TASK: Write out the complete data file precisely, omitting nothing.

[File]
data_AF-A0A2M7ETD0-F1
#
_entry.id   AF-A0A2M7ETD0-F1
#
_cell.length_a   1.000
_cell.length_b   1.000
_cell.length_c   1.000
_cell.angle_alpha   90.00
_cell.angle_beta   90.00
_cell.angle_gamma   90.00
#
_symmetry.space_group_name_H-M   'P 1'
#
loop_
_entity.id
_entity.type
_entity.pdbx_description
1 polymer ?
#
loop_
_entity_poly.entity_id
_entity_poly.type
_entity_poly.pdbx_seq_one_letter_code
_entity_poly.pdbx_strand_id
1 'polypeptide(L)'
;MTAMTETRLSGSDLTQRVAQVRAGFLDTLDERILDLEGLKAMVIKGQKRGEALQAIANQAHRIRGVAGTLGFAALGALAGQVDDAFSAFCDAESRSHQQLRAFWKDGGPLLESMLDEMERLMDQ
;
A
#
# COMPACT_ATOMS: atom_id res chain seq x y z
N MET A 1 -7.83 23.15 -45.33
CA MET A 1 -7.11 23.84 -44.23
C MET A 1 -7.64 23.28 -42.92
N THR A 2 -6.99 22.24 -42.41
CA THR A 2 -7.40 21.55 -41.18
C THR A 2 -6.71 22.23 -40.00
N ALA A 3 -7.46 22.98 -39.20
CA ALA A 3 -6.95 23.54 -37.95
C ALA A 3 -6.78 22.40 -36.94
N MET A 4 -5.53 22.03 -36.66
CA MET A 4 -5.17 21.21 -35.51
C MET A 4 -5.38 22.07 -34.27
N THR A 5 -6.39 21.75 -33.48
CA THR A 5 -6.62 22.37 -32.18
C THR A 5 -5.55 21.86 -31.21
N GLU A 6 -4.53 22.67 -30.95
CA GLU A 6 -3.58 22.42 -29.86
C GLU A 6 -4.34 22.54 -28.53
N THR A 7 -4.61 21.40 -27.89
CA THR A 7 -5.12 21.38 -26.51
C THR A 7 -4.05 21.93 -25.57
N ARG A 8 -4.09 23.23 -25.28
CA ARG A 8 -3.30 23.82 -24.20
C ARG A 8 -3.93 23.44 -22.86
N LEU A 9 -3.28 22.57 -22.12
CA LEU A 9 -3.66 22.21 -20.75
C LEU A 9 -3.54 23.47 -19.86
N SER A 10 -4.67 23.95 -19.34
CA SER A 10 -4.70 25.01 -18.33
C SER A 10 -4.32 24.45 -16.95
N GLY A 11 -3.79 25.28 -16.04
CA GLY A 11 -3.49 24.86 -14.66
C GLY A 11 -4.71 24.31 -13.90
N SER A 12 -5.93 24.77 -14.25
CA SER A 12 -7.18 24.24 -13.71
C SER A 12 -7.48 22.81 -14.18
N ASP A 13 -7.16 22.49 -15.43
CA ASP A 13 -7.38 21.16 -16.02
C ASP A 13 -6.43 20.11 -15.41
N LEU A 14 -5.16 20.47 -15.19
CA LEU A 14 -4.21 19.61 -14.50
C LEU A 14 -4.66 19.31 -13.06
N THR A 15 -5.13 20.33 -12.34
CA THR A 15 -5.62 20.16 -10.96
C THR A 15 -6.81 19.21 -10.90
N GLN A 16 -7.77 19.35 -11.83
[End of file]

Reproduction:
data_AF-A0A2M7ETD0-F1
#
_entry.id   AF-A0A2M7ETD0-F1
#
_cell.length_a   1.000
_cell.length_b   1.000
_cell.length_c   1.000
_cell.angle_alpha   90.00
_cell.angle_beta   90.00
_cell.angle_gamma   90.00
#
_symmetry.space_group_name_H-M   'P 1'
#
loop_
_entity.id
_entity.type
_entity.pdbx_description
1 polymer ?
#
loop_
_entity_poly.entity_id
_entity_poly.type
_entity_poly.pdbx_seq_one_letter_code
_entity_poly.pdbx_strand_id
1 'polypeptide(L)'
;MTAMTETRLSGSDLTQRVAQVRAGFLDTLDERILDLEGLKAMVIKGQKRGEALQAIANQAHRIRGVAGTLGFAALGALAGQVDDAFSAFCDAESRSHQQLRAFWKDGGPLLESMLDEMERLMDQ
;
A
#
# COMPACT_ATOMS: atom_id res chain seq x y z
N MET A 1 -7.83 23.15 -45.33
CA MET A 1 -7.11 23.84 -44.23
C MET A 1 -7.64 23.28 -42.92
N THR A 2 -6.99 22.24 -42.41
CA THR A 2 -7.40 21.55 -41.18
C THR A 2 -6.71 22.23 -40.00
N ALA A 3 -7.46 22.98 -39.20
CA ALA A 3 -6.95 23.54 -37.95
C ALA A 3 -6.78 22.40 -36.94
N MET A 4 -5.53 22.03 -36.66
CA MET A 4 -5.17 21.21 -35.51
C MET A 4 -5.38 22.07 -34.27
N THR A 5 -6.39 21.75 -33.48
CA THR A 5 -6.62 22.37 -32.18
C THR A 5 -5.55 21.86 -31.21
N GLU A 6 -4.53 22.67 -30.95
CA GLU A 6 -3.58 22.42 -29.86
C GLU A 6 -4.34 22.54 -28.53
N THR A 7 -4.61 21.40 -27.89
CA THR A 7 -5.12 21.38 -26.51
C THR A 7 -4.05 21.93 -25.57
N ARG A 8 -4.09 23.23 -25.28
CA ARG A 8 -3.30 23.82 -24.20
C ARG A 8 -3.93 23.44 -22.86
N LEU A 9 -3.28 22.57 -22.12
CA LEU A 9 -3.66 22.21 -20.75
C LEU A 9 -3.54 23.47 -19.86
N SER A 10 -4.67 23.95 -19.34
CA SER A 10 -4.70 25.01 -18.33
C SER A 10 -4.32 24.45 -16.95
N GLY A 11 -3.79 25.28 -16.04
CA GLY A 11 -3.49 24.86 -14.66
C GLY A 11 -4.71 24.31 -13.90
N SER A 12 -5.93 24.77 -14.25
CA SER A 12 -7.18 24.24 -13.71
C SER A 12 -7.48 22.81 -14.18
N ASP A 13 -7.16 22.49 -15.43
CA ASP A 13 -7.38 21.16 -16.02
C ASP A 13 -6.43 20.11 -15.41
N LEU A 14 -5.16 20.47 -15.19
CA LEU A 14 -4.21 19.61 -14.50
C LEU A 14 -4.66 19.31 -13.06
N THR A 15 -5.13 20.33 -12.34
CA THR A 15 -5.62 20.16 -10.96
C THR A 15 -6.81 19.21 -10.90
N GLN A 16 -7.77 19.35 -11.83